At the National Institute of Standards and Technology in Gaithersburg, Maryland (US) there is a large south facing wall that looks like it might be a piece of abstract public art. Made from 2,352 different samples of stone it is in fact a testing wall where the effects of the weather on building materials are measured…
The wall was built in 1948 in Washington, DC, before being moved to the NIST site in Gaithersburg in 1977. It contains stone from 47 US states and 16 other countries – from varieties of basalt and bluestone, to marble, limestone, sandstone and tuff.
I was led to read up on the NIST Test Wall and its steadfast research into the effects of weathering (as you do) after photographer Thom Atkinson sent over some of his recent pictures of English pavements, or rather of pavement repairs. Perhaps as ordinary a subject matter as you’re likely to find.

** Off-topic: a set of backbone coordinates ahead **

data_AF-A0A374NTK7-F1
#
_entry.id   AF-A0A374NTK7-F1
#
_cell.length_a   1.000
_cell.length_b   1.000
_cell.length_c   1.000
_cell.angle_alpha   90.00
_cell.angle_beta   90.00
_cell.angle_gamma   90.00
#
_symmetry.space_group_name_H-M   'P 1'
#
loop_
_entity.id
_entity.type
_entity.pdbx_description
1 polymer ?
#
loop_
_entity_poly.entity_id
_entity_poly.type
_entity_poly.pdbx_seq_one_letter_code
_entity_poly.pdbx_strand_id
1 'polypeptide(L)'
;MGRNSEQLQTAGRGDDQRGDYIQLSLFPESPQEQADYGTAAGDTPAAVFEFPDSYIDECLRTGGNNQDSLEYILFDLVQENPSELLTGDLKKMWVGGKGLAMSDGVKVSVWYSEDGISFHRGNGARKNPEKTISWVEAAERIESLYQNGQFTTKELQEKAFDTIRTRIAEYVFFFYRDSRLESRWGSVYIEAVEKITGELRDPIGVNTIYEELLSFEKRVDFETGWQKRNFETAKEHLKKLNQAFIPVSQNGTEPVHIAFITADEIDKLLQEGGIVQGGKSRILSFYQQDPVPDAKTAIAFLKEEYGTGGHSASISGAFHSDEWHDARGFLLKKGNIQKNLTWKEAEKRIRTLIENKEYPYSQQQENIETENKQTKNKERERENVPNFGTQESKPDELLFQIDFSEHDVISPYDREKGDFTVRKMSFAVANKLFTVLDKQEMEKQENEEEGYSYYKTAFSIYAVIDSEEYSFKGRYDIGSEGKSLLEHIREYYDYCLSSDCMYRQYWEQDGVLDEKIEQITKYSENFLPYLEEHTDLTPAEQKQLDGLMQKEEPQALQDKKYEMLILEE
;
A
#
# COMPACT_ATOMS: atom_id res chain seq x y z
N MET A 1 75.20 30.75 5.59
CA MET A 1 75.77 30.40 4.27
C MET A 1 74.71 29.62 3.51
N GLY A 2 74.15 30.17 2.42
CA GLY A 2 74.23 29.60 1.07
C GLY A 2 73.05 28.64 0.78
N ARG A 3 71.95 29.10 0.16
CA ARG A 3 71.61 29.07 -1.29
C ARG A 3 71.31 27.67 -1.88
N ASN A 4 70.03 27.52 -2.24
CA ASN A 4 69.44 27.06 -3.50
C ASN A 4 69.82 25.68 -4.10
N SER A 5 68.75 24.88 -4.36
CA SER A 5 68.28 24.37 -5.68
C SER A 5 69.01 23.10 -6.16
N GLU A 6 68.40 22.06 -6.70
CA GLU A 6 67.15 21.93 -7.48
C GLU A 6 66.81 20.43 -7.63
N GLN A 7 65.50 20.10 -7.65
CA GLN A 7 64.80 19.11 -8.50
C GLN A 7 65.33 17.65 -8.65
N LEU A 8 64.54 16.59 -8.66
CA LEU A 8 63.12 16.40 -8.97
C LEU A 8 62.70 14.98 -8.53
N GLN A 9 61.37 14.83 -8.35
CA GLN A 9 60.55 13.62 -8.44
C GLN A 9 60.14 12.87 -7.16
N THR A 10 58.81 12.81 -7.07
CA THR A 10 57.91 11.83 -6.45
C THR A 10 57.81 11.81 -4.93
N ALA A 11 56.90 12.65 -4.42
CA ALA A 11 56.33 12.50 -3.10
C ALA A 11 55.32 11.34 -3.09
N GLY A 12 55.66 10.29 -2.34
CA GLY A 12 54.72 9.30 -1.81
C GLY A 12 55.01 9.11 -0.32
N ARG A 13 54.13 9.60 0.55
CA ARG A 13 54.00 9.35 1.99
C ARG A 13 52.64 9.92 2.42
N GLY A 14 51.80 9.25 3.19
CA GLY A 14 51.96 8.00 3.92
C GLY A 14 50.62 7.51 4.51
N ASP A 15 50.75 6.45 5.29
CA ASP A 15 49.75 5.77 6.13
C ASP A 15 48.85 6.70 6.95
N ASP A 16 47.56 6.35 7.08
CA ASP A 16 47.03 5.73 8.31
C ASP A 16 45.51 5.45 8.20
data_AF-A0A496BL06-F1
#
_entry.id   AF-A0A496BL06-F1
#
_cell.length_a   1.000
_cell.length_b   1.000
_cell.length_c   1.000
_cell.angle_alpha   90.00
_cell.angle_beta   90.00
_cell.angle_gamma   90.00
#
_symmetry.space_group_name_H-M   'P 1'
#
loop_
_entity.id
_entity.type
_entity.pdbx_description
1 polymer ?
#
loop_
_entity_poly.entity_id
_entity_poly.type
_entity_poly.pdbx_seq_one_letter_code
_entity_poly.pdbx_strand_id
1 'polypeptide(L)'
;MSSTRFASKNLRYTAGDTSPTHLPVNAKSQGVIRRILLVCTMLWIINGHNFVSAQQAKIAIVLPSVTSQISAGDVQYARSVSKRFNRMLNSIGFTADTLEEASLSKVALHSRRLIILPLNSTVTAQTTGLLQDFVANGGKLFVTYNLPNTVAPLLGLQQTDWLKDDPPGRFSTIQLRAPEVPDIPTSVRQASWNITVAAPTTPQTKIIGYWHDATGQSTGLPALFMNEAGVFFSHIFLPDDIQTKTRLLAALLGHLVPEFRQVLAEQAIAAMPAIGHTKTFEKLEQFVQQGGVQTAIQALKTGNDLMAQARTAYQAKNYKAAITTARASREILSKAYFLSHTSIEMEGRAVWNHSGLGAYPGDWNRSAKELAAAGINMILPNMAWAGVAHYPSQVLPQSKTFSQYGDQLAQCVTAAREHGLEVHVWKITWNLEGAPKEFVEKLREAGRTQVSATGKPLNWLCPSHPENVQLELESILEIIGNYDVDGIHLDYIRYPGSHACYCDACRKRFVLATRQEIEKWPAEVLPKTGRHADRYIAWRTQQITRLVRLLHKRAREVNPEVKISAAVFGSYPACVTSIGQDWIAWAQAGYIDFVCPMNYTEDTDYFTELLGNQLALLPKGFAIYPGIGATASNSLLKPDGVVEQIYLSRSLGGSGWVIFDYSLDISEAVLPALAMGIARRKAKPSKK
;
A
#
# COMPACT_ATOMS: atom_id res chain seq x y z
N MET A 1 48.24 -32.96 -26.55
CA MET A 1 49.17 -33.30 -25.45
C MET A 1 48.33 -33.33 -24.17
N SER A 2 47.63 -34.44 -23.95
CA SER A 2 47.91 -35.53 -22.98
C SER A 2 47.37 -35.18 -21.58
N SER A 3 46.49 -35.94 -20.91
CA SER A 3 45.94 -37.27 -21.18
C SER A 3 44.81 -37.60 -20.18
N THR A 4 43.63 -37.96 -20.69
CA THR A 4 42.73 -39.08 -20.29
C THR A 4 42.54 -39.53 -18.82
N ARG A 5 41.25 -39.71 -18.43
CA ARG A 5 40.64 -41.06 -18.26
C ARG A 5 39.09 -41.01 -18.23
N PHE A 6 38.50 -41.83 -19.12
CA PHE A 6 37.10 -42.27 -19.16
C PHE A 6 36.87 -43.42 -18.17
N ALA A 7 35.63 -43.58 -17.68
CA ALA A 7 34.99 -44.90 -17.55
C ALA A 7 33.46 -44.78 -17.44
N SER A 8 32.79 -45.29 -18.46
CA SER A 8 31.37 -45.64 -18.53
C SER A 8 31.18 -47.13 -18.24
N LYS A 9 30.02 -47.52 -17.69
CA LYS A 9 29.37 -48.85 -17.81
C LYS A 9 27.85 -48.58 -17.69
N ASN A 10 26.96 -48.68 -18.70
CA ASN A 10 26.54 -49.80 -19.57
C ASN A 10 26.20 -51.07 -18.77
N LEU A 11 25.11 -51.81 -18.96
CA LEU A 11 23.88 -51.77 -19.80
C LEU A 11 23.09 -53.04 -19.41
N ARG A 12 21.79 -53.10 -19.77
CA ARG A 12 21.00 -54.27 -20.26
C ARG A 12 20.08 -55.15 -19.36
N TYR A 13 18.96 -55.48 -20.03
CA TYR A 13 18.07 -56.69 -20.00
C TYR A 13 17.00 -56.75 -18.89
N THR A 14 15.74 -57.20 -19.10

But the aged asphalt in his photographs shows the recognisable signs of deterioration and the subsequent fixes made over the years. The use of new materials, usually in a much brighter, blacker hue than that of the existing well-trodden pavement, mean that the flooring takes on that familiar urban scarring, with the cracks, cuts, fill-ins and repairs building up across one another.
Simple as they are, Atkinson’s images record the imperfections of the streets, the marks of things being dug up and replaced; of electrics being tinkered with, water and gas pipes changed. They reveal that something even as robust as the surface of the street is never stable: when they’re not being bashed up by the weather, like that pixellated wall in Maryland, we’re busy taking them apart ourselves.
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